Startup - Surveillance / Photocamera Combo: Butterfleye

By Brian Rhodes, Published Jul 01, 2014, 12:00am EDT

This startup, Butterfleye [link no longer available], is offering a cross between a cloud security camera and a personal photo camera, billing it as the 'world's smartest home camera':


Hot off the heels of Google's Dropcam acquisition, is Butterfleye bringing a valuable new combination or are they forcing a bad match? In this note, we dig in.

Product Overview

The company's overview video below explains the concept and provides an overview of how they envision Butterfleye will be used:

Key features of the unit include:

  • 1080 Video: Exact performance of the camera is sketchy, and details like focal length, FPS, WDR, and IR sensitivity are 'still being decided' by the company. However, the company is specifying full HD, which is increasingly common but slightly better than contemporary offerings that are more typically 720p.
  • Onboard Analytics: Using analytics the company calls 'Active Eye Technology', the camera uses onboard sensors (ie: BLE, PIR, WiFi, and Mic) to learn things about its environment. For example, the camera will record video on motion while the user is gone, but as soon as the user's smartphone comes within range, the unit stops recording on motion alone. The company also suggests 'face detection' will be part of the production offering, although details are not provided.
  • 'No' InstallationButterfleye claims 'no installation' is needed. The user simply unboxes the camera, syncs it with a smartphone, and charges the battery when it gets low - no software or hardware installation, wires to run, or remote access configuration is needed.
  • Onboard Storage: The camera also is equipped with memory on the device, which the company claims is good for up to about 12 hours of storage. No word on the exact capacity or type of storage that will be included.
  • Cloud Accessible: However, extra service will need to be purchased to tap into that onboard storage and keep it. The company offers 'one day' of recorded video access for free, but '7 day' and '30 day' accessibility will cost ~$10 and ~$30 per month respectively.
  • Price: Butterfleye is crowd funding now at a price of $199. The company plans to raise the price to $250 once production begins, but will offer discounts on purchases of multiple cameras. 

Key Differentiators

Butterfleye is distinguished by being battery powered and entirely wireless. Compared to options like Dropcam that use wired outlet power, Butterfleye will be powered for up to 2 weeks on a battery charge.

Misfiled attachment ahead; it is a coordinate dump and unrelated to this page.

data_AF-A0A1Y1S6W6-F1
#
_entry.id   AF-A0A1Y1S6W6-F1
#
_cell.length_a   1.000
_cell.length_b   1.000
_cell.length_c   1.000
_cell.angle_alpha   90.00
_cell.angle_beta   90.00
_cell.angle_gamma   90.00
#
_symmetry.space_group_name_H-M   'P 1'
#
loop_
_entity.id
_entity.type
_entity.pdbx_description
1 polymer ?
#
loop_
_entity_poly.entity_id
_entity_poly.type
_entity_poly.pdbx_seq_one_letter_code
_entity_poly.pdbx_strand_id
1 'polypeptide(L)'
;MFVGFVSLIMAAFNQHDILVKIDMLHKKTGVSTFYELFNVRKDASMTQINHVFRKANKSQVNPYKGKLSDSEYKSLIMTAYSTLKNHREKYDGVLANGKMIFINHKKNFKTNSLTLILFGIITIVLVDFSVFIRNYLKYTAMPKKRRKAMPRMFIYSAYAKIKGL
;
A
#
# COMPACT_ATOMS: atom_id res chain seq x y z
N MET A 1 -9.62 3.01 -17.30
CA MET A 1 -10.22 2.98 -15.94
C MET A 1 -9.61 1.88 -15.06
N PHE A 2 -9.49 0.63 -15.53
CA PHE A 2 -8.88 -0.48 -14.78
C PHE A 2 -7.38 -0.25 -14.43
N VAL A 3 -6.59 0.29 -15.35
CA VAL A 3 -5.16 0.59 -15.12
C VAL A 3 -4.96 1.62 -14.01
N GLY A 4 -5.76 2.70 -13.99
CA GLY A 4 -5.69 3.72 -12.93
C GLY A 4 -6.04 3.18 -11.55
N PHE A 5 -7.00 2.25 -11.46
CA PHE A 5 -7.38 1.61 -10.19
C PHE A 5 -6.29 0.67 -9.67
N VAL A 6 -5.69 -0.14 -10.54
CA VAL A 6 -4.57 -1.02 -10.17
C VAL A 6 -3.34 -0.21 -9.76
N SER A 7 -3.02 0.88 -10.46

The unit also claims it will be integrated with other BLE-based devices and systems, like Pebble, Jawbone [link no longer available], and even locks like Kevo or Lockitron, but the company is mum on actually finished integrations at crowd funding stage.

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Founder / Management

The founder, Ben Nader [link no longer available], is a former TI and Intel manager so has relevant imaging / device development experience. However, their listing [link no longer available] only shows 3 employees total.

They have gotten quite a bit of tech blog press showing that they have some resources and connections to promote their fledgling effort.

Multipurpose or Mediocre?

In terms of image quality, camera mounting position is key for both surveillance and good snapshots. While Butterfleye is lightweight and easy to relocate, setting up a camera to properly frame a subject is much more difficult and may involve placing the unit in less than optimal locations or trying to awkwardly mount it to walls for surveillance use, or awkward aiming positions and wide FoV for candid snapshots.

For casual photography, even cheap 'point n shoot' snapshot cameras include optical zoom and shutter speed options, which Butterfleye does not. Given that surveillance generally places a premium on wide fields of view, and photography seeks to capture only the target subject, the position that Butterfleye is good for both uses more likely will result in unhappiness with either.

What Do You Think?


1 report cite this report:

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